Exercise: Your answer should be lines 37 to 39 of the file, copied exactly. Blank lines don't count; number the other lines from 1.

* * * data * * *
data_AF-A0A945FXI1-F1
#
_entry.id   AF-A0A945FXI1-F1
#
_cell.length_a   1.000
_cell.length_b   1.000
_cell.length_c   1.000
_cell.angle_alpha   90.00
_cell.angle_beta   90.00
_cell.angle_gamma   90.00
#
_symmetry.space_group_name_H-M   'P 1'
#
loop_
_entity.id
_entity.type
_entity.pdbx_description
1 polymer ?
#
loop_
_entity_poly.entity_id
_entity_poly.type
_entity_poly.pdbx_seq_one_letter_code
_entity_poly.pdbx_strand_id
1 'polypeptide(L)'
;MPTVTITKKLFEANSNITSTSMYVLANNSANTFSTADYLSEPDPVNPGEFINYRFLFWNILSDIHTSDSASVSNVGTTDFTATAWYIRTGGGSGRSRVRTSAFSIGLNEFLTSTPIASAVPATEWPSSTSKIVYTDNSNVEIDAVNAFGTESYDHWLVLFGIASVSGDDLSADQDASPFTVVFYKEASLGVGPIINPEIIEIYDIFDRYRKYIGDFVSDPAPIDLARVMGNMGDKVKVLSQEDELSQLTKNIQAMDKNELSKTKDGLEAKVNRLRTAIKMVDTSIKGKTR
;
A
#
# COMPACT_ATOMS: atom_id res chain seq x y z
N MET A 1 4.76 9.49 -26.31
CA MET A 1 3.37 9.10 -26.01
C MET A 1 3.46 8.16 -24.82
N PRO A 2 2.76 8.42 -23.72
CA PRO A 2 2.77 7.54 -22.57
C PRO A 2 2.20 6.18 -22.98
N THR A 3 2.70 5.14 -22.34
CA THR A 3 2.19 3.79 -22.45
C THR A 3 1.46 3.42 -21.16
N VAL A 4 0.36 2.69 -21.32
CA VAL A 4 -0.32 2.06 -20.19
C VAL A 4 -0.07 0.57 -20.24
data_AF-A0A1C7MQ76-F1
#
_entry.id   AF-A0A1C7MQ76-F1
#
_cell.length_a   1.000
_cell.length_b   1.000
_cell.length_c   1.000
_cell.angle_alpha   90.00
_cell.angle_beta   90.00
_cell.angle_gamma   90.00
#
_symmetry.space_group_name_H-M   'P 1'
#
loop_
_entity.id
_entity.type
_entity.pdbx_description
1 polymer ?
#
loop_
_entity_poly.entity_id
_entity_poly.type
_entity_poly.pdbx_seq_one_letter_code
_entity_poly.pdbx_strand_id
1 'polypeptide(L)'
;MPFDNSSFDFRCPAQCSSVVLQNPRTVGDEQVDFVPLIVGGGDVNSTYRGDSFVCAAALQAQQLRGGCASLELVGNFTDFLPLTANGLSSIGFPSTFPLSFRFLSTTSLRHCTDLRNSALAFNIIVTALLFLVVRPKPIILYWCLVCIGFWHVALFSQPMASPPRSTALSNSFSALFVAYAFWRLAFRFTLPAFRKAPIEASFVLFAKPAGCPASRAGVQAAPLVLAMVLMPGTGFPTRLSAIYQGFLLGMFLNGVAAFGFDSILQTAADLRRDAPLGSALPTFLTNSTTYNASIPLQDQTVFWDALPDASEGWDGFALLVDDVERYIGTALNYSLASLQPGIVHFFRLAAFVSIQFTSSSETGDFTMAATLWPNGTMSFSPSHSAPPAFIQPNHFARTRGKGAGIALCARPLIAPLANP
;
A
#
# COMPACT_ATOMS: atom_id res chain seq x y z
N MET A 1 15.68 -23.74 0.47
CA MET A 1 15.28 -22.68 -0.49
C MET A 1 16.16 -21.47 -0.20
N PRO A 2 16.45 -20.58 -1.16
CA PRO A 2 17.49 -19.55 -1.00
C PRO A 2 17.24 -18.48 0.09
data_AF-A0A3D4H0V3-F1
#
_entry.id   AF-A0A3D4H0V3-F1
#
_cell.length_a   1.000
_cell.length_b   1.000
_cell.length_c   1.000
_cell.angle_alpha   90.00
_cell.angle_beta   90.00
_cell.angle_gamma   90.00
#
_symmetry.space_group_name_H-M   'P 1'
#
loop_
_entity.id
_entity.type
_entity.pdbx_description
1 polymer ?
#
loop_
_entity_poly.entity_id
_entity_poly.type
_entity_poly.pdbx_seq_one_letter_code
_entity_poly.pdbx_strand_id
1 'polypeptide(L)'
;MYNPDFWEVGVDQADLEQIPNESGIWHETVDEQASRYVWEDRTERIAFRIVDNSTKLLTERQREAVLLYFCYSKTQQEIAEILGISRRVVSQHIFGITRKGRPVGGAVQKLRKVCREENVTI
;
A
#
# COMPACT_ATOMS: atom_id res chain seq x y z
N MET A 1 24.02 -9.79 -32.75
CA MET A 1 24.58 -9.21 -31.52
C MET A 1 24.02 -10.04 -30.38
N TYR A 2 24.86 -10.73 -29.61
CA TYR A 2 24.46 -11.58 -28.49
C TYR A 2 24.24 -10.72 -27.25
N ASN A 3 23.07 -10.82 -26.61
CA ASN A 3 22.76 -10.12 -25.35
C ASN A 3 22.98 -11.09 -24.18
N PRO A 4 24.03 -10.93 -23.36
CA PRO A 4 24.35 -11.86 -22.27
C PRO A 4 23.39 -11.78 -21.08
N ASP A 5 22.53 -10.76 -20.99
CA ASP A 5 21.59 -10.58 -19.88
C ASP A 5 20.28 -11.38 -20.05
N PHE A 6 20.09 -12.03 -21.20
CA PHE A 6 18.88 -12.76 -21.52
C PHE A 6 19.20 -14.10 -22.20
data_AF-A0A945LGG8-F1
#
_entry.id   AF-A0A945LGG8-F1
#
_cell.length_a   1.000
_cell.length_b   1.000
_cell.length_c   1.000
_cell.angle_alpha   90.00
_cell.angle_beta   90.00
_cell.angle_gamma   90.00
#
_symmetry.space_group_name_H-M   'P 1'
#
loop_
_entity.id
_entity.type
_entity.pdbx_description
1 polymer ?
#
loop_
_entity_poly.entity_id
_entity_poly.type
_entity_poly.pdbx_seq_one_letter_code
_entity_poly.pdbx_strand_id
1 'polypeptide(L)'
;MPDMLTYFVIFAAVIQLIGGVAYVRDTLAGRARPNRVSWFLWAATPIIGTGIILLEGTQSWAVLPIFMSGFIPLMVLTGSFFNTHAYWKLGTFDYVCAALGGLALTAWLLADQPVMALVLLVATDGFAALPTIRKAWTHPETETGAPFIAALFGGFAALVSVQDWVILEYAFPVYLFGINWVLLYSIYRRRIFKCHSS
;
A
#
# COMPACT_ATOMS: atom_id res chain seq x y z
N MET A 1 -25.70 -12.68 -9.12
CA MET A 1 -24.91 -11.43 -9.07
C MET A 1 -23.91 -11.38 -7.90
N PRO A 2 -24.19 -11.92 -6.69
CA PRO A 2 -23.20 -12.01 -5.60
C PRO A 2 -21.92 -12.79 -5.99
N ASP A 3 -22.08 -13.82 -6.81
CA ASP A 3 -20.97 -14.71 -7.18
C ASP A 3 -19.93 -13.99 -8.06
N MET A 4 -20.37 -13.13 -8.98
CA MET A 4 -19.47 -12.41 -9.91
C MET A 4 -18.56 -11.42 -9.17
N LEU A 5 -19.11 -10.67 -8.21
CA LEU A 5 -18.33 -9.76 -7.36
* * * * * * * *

N THR A 3 2.70 5.14 -22.34
CA THR A 3 2.19 3.79 -22.45
C THR A 3 1.46 3.42 -21.16